As a slice-of-life story that nevertheless recounts a lot of details on a specific few themes, You Would Have Missed Me is very character-driven, almost topic-driven, and whilst it does have an ending, there is a fair amount left for you to decide; the narrator’s story is only on year 7, and so there is plenty of scope to decide the likelihood of the various directions her life could go in regards to the personality she presents you, and how much her fantasies of better places are a part of it (looking at the book as a work of fiction). This is a book about the impact of the Cold War on the general public, and of an upbringing on the rest of someone’s life. It’s difficult to read, it’s sometimes shocking, but it’s a good dose of reality, history, and things that still today need improvement.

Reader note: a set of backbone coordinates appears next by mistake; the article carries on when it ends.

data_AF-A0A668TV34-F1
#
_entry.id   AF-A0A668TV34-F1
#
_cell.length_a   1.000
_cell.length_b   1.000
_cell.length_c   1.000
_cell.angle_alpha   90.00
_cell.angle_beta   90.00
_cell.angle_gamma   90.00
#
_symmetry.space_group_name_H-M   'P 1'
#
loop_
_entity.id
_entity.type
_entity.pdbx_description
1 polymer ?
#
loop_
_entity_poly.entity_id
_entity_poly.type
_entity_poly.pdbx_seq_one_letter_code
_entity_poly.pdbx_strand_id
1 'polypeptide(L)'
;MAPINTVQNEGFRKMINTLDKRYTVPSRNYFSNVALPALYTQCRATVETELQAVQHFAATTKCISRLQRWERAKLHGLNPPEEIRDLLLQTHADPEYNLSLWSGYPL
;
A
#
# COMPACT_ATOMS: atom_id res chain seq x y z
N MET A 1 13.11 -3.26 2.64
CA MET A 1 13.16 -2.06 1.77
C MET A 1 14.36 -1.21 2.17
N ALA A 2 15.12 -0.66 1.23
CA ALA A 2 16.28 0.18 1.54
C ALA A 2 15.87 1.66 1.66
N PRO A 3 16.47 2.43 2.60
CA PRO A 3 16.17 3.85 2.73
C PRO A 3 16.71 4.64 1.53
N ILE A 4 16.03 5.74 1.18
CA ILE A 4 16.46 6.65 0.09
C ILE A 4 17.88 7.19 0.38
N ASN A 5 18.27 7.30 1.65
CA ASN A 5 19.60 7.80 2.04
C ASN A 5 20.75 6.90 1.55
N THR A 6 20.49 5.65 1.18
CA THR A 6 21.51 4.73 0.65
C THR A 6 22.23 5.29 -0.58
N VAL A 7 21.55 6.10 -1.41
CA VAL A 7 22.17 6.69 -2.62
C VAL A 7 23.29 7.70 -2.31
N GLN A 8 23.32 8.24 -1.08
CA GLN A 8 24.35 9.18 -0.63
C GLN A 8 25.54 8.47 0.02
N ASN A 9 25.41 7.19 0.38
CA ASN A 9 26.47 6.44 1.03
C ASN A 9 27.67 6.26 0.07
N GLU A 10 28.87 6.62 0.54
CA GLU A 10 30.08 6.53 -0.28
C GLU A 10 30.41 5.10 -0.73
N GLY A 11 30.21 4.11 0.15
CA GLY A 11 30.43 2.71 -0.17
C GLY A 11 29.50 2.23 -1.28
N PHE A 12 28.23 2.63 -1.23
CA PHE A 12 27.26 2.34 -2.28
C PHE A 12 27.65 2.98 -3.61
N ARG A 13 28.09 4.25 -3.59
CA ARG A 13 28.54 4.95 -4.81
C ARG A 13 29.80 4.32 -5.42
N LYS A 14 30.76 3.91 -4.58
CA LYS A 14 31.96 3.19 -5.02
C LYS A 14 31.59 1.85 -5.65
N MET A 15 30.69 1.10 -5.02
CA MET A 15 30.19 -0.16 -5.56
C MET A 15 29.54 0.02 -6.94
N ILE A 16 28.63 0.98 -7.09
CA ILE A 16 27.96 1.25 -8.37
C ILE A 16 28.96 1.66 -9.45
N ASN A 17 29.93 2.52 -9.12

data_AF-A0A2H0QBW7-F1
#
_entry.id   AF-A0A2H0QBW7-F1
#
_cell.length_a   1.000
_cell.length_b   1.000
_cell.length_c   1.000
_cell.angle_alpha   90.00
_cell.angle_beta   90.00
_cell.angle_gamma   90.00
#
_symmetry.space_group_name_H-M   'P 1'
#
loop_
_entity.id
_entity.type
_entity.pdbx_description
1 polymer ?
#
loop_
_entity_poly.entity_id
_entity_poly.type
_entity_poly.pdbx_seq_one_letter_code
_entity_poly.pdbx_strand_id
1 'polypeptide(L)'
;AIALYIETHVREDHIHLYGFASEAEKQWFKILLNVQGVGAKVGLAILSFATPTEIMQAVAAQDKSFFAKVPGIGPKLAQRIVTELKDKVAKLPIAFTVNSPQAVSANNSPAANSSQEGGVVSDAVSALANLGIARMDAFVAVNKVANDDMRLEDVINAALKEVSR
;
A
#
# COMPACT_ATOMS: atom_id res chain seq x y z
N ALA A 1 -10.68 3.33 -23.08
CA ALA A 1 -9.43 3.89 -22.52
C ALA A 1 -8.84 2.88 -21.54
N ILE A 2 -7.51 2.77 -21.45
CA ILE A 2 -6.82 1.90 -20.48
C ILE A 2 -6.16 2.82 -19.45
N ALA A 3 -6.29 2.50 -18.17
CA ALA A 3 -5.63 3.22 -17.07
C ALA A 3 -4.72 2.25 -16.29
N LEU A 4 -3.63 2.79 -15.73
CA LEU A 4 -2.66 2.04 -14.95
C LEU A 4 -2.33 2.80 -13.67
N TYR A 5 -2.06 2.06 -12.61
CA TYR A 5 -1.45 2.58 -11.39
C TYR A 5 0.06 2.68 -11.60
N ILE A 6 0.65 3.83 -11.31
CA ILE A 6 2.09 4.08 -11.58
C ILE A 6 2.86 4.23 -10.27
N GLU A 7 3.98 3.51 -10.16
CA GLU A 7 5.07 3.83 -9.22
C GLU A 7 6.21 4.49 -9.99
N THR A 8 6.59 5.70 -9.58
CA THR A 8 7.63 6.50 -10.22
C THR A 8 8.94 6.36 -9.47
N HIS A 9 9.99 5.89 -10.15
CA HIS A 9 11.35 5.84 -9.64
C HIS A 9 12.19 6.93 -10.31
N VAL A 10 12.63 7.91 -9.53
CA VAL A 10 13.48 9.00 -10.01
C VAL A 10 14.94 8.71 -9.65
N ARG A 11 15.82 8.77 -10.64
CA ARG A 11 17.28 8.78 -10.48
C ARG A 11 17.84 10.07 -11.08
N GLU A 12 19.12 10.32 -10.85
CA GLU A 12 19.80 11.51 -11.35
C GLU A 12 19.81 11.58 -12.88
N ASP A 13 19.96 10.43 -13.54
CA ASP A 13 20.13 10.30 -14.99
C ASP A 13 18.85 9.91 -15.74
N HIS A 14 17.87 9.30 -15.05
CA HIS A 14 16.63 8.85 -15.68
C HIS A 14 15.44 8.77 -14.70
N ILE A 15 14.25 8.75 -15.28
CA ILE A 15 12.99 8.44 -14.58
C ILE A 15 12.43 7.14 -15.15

I received this book for review.

 
Nicola Cornick – The Woman In The Lake

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Too beautiful to lose. Too dark to keep.

Publisher: Harlequin
Pages: 324
Type: Fiction
Age: Adult
ISBN: 978-1-848-45694-5
First Published: 26th February 2019
Date Reviewed: 10th June 2019
Rating: 4/5